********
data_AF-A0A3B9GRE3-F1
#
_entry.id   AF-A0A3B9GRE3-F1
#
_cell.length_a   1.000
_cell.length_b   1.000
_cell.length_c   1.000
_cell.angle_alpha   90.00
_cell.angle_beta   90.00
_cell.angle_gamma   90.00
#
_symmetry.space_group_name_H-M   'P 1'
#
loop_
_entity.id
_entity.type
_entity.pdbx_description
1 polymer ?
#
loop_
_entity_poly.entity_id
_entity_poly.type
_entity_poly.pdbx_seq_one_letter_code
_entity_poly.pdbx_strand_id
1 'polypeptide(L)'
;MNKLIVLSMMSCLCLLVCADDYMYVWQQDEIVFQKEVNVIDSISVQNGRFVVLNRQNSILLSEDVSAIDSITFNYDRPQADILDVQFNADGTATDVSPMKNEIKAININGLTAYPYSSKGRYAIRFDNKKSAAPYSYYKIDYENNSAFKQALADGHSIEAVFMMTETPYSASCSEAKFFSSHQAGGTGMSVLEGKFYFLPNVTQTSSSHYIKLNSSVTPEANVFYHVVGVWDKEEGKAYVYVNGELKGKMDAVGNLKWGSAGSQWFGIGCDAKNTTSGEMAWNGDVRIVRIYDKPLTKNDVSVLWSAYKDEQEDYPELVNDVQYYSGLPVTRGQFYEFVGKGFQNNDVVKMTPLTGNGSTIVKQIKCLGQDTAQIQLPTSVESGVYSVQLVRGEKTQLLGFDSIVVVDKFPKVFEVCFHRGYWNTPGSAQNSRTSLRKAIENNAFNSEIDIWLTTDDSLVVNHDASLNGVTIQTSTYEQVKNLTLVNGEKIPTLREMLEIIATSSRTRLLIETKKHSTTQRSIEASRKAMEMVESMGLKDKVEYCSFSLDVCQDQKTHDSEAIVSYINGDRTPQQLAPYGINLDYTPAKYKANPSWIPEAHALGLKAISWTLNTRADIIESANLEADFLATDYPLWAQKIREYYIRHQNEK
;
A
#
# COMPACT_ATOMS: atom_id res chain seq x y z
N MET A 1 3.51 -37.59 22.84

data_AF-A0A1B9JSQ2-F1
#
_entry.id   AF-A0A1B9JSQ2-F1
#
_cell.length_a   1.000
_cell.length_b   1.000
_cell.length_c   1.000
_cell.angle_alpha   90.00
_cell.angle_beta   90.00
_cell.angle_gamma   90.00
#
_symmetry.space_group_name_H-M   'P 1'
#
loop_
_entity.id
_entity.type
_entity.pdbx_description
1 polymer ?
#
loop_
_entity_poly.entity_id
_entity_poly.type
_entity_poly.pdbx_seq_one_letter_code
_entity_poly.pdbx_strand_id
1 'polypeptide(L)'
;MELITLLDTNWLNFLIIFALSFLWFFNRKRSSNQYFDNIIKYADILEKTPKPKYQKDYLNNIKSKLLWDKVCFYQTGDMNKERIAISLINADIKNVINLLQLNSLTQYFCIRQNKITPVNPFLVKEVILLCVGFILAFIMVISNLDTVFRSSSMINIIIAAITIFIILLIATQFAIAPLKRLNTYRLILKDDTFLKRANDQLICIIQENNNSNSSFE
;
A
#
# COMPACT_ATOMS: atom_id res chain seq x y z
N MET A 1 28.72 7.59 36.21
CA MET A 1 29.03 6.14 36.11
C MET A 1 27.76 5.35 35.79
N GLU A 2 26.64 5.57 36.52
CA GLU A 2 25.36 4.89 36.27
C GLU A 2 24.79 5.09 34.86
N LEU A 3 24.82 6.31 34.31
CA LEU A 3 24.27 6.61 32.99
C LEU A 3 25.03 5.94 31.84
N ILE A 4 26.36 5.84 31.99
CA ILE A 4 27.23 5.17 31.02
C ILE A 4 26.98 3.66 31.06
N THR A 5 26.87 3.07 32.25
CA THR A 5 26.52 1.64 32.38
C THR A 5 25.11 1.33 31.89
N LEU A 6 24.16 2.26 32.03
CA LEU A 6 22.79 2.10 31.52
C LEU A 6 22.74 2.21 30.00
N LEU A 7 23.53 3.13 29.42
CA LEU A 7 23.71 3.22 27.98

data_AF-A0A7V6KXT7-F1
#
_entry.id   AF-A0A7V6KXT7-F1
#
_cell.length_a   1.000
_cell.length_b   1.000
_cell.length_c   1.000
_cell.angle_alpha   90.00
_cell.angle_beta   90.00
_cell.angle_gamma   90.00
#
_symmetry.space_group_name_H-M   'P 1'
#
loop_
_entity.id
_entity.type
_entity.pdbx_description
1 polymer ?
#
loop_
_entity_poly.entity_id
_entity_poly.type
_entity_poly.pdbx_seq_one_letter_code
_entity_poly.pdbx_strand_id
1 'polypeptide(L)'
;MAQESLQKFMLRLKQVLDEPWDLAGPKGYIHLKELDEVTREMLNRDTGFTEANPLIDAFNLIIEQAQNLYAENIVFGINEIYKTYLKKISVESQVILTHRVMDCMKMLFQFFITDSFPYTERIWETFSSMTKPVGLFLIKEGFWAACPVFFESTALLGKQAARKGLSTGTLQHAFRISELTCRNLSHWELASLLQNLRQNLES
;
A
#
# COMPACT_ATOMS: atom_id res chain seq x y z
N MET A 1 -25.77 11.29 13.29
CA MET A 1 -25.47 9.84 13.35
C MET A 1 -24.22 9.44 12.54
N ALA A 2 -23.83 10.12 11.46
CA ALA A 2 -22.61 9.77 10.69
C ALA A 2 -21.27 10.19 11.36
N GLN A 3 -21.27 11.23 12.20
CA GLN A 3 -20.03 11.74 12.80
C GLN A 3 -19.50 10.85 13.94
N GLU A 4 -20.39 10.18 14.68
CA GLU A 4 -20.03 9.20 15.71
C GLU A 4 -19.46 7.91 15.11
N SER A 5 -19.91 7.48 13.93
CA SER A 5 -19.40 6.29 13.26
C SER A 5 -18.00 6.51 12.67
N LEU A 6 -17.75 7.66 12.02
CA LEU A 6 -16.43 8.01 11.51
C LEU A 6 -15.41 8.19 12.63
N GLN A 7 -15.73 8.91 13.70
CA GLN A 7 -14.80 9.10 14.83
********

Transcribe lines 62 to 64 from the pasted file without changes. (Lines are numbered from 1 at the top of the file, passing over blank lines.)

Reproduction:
N MET A 1 28.72 7.59 36.21
CA MET A 1 29.03 6.14 36.11
C MET A 1 27.76 5.35 35.79